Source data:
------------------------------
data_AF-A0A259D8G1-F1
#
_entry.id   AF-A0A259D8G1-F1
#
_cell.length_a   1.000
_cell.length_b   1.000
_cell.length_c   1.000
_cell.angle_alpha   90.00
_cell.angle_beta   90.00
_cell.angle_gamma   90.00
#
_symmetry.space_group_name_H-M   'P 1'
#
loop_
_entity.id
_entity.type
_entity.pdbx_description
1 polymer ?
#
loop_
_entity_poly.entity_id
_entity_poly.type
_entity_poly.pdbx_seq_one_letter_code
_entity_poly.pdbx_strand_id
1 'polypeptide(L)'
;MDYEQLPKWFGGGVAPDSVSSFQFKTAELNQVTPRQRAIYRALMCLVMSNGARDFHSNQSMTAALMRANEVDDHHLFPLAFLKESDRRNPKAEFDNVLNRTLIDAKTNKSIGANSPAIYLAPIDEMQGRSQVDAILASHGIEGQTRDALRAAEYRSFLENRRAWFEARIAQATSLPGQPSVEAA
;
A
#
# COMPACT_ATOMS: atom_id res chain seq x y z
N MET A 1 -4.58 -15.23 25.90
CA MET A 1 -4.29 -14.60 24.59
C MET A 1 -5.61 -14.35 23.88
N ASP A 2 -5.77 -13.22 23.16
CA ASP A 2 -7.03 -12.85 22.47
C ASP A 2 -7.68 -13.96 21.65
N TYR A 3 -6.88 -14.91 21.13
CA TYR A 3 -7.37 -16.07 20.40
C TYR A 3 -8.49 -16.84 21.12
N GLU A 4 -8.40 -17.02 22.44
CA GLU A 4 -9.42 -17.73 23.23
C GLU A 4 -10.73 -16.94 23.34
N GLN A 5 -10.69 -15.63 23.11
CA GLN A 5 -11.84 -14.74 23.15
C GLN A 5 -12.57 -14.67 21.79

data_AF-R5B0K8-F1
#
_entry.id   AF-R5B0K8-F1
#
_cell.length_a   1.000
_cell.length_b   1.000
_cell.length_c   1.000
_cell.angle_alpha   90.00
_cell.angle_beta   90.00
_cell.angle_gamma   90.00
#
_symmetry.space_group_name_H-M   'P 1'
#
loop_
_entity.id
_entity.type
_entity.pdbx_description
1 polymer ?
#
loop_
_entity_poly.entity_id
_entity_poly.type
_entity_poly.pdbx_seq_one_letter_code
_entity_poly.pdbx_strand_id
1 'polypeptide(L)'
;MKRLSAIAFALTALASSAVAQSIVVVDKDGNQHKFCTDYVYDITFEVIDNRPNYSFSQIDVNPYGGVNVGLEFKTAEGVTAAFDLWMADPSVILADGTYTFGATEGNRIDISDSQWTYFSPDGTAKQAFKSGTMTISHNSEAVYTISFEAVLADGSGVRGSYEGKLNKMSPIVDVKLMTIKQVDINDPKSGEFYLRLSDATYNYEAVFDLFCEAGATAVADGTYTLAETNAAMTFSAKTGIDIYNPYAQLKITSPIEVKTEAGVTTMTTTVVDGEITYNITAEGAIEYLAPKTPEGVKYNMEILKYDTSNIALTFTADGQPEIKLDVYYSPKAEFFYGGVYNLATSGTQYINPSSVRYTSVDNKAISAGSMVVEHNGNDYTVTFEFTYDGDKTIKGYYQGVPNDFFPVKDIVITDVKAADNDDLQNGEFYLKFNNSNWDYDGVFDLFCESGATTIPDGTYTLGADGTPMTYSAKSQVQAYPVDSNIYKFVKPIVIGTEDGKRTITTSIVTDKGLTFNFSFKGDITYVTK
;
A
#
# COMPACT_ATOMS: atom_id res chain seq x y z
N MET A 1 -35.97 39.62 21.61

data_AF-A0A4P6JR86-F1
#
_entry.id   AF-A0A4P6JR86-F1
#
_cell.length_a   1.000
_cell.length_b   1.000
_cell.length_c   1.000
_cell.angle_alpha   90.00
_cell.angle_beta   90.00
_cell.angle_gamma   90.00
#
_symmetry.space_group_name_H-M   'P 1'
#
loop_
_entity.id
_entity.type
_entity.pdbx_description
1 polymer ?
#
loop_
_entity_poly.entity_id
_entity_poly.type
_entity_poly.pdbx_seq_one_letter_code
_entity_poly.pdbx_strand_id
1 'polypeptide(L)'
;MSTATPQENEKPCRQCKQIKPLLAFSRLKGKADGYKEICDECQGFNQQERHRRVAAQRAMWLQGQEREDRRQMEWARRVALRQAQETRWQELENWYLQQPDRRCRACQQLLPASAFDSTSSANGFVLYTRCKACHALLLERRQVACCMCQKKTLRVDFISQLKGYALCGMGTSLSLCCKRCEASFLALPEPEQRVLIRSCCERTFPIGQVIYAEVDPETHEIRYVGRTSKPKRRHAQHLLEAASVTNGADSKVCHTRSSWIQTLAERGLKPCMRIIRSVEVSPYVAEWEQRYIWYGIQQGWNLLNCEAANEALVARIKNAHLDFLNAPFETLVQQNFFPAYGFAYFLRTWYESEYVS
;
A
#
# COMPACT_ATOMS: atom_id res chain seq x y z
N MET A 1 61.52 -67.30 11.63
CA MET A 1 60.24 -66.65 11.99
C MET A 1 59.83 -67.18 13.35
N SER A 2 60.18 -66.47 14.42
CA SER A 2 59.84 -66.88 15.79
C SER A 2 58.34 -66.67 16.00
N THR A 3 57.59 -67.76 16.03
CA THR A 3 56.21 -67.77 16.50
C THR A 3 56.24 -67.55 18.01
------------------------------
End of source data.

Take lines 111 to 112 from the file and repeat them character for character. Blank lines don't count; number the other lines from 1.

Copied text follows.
CA SER A 2 59.84 -66.88 15.79
C SER A 2 58.34 -66.67 16.00